(Reuters) - Colombia’s Constitutional Court on Friday rejected a referendum on allowing President Alvaro Uribe to seek re-election, ending the U.S. ally’s chances of running for a third consecutive term in May.
Here some key facts about Uribe and his government:
* Born into a rich, cattle-ranching family, Uribe took an early interest in politics, apparently telling family at the age 4 he would one day become president. He was a mayor, twice a senator and a state governor before reaching the presidential palace. As a politician and candidate, he survived several assassination plots, including once when he walked calmly away from his buckled car after a rebel bombing.
* Uribe’s own life was marked by the country’s war when his father was killed during a botched rebel kidnapping two decades ago. He came to the presidency just as attempts by his predecessor to negotiate with the FARC rebel leadership fell apart and his hard-line message was well received by Colombians weary of constant bombings, massacres and kidnappings.
* Known for his tough work ethic and stern, conservative appearance, the bespectacled president has practiced yoga to ease tension but at times appeared happiest riding on one of the fine horses he keeps at his farm. Every Saturday he holds a town hall meeting where for hours he berates ministers and local officials for inefficiency, takes questions from residents and discusses programs for roadworks and aqueducts.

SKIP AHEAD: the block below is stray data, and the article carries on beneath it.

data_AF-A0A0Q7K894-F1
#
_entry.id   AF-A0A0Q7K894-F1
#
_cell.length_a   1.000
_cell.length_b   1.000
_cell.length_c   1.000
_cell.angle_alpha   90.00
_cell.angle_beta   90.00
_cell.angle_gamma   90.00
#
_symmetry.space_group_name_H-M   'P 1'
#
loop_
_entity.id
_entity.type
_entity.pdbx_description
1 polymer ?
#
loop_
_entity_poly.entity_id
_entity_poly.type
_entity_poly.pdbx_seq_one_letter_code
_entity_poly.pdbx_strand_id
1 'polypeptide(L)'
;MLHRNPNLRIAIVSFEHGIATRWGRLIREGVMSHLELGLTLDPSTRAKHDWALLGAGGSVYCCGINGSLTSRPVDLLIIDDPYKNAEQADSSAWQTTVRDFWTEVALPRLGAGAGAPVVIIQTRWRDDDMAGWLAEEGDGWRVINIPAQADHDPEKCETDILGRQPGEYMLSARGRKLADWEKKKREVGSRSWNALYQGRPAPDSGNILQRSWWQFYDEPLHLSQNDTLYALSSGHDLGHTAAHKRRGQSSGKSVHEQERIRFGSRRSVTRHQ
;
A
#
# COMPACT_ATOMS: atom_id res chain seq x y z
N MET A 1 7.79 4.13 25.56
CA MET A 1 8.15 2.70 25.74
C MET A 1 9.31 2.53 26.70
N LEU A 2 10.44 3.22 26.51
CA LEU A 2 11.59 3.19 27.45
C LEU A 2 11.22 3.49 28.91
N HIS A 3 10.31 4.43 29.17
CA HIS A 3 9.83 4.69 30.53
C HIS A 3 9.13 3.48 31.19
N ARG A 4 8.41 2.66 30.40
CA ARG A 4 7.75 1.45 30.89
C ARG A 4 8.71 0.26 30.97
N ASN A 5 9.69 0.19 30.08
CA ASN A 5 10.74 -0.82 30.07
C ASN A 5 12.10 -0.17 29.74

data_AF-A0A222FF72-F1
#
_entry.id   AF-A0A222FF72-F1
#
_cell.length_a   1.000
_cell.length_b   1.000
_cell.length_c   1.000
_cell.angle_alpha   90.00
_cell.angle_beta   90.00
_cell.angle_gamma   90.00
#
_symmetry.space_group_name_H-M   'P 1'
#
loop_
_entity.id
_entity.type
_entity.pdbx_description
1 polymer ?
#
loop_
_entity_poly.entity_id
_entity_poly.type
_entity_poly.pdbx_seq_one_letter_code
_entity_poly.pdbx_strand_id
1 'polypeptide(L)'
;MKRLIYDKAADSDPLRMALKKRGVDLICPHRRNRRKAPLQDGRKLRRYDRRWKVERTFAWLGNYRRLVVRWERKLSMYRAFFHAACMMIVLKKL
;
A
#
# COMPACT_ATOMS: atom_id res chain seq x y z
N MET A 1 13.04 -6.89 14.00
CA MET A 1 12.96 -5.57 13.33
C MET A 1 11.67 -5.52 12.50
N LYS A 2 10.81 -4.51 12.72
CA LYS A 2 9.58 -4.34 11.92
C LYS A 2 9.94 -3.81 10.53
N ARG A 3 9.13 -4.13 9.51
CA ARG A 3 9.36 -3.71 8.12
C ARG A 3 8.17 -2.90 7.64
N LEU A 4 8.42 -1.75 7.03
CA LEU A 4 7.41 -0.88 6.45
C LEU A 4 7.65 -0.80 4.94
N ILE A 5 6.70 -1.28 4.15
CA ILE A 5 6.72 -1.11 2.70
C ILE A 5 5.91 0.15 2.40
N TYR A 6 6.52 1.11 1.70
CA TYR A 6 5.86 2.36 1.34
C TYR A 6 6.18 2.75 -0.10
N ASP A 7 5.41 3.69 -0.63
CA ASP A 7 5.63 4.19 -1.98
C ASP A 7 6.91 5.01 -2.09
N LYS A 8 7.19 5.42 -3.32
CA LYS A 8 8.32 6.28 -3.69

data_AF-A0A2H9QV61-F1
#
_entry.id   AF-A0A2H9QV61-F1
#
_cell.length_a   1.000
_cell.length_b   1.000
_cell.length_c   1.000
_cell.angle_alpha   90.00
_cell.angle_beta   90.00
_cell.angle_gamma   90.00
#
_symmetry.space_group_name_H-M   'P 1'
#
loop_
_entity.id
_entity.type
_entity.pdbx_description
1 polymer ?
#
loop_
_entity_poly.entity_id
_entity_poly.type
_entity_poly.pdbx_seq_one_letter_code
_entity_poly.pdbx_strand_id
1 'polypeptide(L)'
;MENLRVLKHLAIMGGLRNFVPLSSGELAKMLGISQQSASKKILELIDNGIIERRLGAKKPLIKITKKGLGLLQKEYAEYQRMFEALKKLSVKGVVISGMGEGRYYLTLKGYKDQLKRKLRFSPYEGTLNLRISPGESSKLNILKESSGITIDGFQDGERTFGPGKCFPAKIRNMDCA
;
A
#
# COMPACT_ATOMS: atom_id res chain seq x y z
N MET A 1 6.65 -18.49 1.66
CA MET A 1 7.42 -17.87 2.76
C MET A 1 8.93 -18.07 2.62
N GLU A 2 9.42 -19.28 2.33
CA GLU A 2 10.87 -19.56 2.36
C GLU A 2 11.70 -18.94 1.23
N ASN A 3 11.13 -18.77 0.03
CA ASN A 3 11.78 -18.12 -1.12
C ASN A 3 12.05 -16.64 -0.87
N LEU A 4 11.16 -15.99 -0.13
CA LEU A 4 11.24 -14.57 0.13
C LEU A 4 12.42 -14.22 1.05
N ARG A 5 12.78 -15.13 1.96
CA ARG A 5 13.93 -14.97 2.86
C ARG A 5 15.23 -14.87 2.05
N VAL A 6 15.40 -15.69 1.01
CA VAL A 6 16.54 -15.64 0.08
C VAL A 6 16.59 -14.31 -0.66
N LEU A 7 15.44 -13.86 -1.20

* Critics say the president has often been intolerant of journalists, court judges and leftist politicians who opposed his government. Rights groups questioned his commitment to cracking down on right-wing paramilitary commanders who demobilized under his government after years of battling FARC rebels. But Uribe, known for ability to brush off trouble, has managed to maintain popularity rates above 60 percent despite scandals over corruption, rights abuses by troops and state spies illegally wiretapping his opponents.
* The idea of re-election dominated much of his second term as his allies drove the proposal through both houses of the Congress, fueling criticism that other legislation was abandoned. Uribe remained evasive on whether he even wanted to run. He once called the idea a “crossroads of the soul” and later said only God, the people and the court would decide his political future. He sometimes brushed off journalists asking about his ambition with the blunt reply: “Next question.”
Reporting by Patrick Markey in Bogota
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